If actual content is out, we’re going to need to contextualize Facebook use. One way to do this is at the model level, putting Facebook use for news into an mediation model with other media use, and online and offline political discussion. Some co-authors and I have a paper in development that takes one approach to this, essentially wrapping an online version of the communication mediation model in a Facebook-based container. We find no direct effects of Facebook news use on any outcomes outside of Facebook, but significant indirect effects running through links to other media and discussion behaviors. This sort of thinking also suggests examining the relationship of Facebook shares to prominence in other media, and especially major partisan media. Facebook may act as a conduit for stories that bubble up from 4chan, Reddit, or Twitter to make their way to Fox News and conservative talk radio, for example.
Understanding potential Facebook effects at the individual level requires understanding individuals within their network contexts, as both senders and receivers of information. This helps us get at the central complicating factor of measuring Facebook’s effects, which is that everyone’s Facebook experience is different. Unlike a measurement of how often one watches network news broadcasts, for example, just asking for Facebook use frequency tells us basically nothing. However, what if we also knew something about people’s networks? In a survey this would be imperfect self-reported data, but we could ask questions about political homogeneity of one’s network, along with things like tendency to engage with agreeing or disagreeing others. An interaction term between frequency of Facebook use for news and network homogeneity would give us a measure of Facebook as a filter bubble or echo chamber; putting that in a model with reflection, elaboration, and talk would start us toward a model of how a variety of influences affect individuals’ attitudes. I have another paper in progress that utilizes an interaction term like this, and one problem with it is that it’s basically an impossible measure to validate. But that’s a problem for another day!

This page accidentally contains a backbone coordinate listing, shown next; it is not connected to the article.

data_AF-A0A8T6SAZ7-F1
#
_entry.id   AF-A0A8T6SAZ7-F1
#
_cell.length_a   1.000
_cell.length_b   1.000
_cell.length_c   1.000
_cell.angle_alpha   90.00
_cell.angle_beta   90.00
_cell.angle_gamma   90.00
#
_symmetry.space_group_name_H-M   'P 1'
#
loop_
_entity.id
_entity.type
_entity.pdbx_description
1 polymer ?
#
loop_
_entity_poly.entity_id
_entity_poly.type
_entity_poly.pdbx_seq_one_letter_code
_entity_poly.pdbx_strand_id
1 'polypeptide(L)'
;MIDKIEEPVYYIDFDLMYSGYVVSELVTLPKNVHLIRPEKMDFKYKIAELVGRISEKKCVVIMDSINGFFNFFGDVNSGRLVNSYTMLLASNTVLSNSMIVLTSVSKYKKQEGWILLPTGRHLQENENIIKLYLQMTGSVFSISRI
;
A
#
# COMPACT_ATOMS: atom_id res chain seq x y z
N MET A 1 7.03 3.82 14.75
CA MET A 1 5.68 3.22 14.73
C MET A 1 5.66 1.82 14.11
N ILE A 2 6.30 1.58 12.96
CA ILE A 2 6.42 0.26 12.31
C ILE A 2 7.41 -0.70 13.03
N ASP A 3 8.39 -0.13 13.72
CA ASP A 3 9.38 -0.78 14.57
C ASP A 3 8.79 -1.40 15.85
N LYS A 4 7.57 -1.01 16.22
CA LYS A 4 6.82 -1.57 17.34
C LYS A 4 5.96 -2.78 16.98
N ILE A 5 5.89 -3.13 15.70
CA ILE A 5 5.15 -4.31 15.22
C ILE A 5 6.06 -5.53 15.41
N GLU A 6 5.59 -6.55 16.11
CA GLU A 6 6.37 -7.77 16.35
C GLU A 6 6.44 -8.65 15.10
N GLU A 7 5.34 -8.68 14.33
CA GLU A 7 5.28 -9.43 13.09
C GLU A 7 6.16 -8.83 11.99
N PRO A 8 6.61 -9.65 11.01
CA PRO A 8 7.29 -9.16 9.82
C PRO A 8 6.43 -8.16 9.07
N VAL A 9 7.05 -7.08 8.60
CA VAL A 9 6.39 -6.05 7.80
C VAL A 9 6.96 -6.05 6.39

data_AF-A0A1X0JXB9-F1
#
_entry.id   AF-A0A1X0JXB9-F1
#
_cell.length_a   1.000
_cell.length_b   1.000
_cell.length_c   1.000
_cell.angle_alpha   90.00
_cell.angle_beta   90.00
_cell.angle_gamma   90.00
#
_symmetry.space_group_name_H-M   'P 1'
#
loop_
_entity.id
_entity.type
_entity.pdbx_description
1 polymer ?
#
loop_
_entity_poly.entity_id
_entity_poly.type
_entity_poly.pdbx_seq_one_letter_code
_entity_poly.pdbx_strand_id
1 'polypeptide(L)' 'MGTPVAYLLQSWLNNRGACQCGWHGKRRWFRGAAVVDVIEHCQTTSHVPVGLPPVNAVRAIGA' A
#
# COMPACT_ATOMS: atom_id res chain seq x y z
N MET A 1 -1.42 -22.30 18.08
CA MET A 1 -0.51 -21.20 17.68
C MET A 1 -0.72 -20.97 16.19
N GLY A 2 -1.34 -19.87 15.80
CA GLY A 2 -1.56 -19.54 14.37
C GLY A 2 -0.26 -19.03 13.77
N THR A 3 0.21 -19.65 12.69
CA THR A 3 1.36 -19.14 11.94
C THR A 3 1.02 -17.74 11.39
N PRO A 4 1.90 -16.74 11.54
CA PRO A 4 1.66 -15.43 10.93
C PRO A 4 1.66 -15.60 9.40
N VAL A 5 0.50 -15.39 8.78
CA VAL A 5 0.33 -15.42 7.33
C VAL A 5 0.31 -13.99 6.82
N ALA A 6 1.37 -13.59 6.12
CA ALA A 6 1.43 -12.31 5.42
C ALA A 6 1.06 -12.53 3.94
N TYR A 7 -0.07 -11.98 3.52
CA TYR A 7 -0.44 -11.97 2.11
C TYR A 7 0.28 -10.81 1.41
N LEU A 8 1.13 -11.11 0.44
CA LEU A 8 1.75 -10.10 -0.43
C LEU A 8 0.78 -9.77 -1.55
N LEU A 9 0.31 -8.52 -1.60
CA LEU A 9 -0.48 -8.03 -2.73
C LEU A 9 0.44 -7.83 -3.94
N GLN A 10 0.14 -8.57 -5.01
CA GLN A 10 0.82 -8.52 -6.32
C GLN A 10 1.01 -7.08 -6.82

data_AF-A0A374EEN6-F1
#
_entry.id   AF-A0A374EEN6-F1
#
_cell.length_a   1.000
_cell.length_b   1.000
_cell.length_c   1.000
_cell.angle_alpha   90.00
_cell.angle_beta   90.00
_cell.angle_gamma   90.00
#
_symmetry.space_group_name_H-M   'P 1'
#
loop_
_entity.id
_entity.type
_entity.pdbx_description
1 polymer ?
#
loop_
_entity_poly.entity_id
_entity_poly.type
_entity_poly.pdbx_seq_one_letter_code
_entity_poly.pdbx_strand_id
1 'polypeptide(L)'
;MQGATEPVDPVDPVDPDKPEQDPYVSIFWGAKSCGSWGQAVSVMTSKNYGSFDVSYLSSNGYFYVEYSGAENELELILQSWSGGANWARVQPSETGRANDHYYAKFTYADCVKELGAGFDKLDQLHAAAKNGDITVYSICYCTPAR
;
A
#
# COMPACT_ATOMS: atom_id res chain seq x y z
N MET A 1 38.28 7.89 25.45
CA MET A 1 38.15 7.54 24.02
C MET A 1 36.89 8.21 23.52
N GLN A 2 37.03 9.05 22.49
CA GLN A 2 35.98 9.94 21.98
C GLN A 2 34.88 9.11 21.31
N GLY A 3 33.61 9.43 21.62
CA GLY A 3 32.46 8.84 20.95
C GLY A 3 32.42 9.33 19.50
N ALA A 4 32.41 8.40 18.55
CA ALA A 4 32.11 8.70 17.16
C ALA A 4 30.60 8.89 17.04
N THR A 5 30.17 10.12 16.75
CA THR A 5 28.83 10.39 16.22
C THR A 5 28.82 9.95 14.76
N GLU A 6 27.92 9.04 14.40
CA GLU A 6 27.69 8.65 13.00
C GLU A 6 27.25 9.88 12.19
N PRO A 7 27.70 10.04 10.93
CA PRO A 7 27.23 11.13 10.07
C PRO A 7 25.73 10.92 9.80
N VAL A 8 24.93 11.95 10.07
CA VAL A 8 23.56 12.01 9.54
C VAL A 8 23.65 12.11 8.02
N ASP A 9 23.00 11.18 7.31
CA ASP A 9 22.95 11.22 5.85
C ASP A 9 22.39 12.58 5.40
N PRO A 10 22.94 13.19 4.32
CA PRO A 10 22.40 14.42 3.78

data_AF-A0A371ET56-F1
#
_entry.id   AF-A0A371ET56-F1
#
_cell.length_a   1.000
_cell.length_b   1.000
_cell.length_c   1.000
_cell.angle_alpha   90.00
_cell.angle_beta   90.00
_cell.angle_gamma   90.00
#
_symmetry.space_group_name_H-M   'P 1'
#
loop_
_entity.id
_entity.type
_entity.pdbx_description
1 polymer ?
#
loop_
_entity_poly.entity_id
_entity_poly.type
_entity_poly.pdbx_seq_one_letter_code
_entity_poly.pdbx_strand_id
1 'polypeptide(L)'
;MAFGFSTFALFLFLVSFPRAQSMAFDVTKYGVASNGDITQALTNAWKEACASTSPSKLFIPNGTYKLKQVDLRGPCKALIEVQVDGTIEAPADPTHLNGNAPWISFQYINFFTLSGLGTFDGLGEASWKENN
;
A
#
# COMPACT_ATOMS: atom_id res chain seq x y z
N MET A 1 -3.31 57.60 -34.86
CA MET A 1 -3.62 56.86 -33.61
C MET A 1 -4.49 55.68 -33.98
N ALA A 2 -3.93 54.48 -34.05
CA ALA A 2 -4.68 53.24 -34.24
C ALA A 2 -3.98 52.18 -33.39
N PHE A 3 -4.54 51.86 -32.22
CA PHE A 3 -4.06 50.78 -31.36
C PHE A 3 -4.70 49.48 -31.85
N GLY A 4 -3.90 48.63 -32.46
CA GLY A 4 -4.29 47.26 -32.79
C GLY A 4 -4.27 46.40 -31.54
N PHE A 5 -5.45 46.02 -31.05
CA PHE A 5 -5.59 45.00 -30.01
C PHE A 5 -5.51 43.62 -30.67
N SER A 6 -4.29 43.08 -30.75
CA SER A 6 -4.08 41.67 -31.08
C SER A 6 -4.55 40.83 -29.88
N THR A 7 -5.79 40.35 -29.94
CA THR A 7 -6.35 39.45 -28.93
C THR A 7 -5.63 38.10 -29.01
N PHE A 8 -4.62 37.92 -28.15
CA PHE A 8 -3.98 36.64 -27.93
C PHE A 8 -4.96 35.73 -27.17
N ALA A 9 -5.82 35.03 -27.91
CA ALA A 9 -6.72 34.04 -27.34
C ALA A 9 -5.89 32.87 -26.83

This is especially weird given the ultimate closeness of the election. Anything that could have cost Clinton 100,000 total votes across Pennsylvania, Michigan, and Wisconsin could be said to be the reason Trump won. The existence of multiple “but for” causes doesn’t make any single one invalid.
Filed: Super Special Questions || 13:32, November 26 || No Comments »
I love blogging, but it’s obviously not the right medium for me. I’m going to try to rectify that with this series of short posts using the chaos that currently ensnares us to develop some research questions for 2017 and beyond. Some of them are strongly journalism-focused, others about campaign organization, some about information systems. I’m going to dig at the necessary research designs a bit, but I’m not thinking too much here about doability; this is more about what we should be figuring out.
The first one came to mind reading this New York Times piece on voters and non-voters, and primarily black ones, in Milwaukee County:
“We went to the beach,” said Maanaan Sabir, 38, owner of the Juice Kitchen, a brightly painted shop a few blocks down West North Avenue, using a metaphor to describe the emotion after Mr. Obama’s election. “And then eight years happened.”
All four barbers had voted for Mr. Obama. But only two could muster the enthusiasm to vote this time. And even then, it was a sort of protest. One wrote in Mrs. Clinton’s Democratic opponent, Senator Bernie Sanders of Vermont. The other wrote in himself.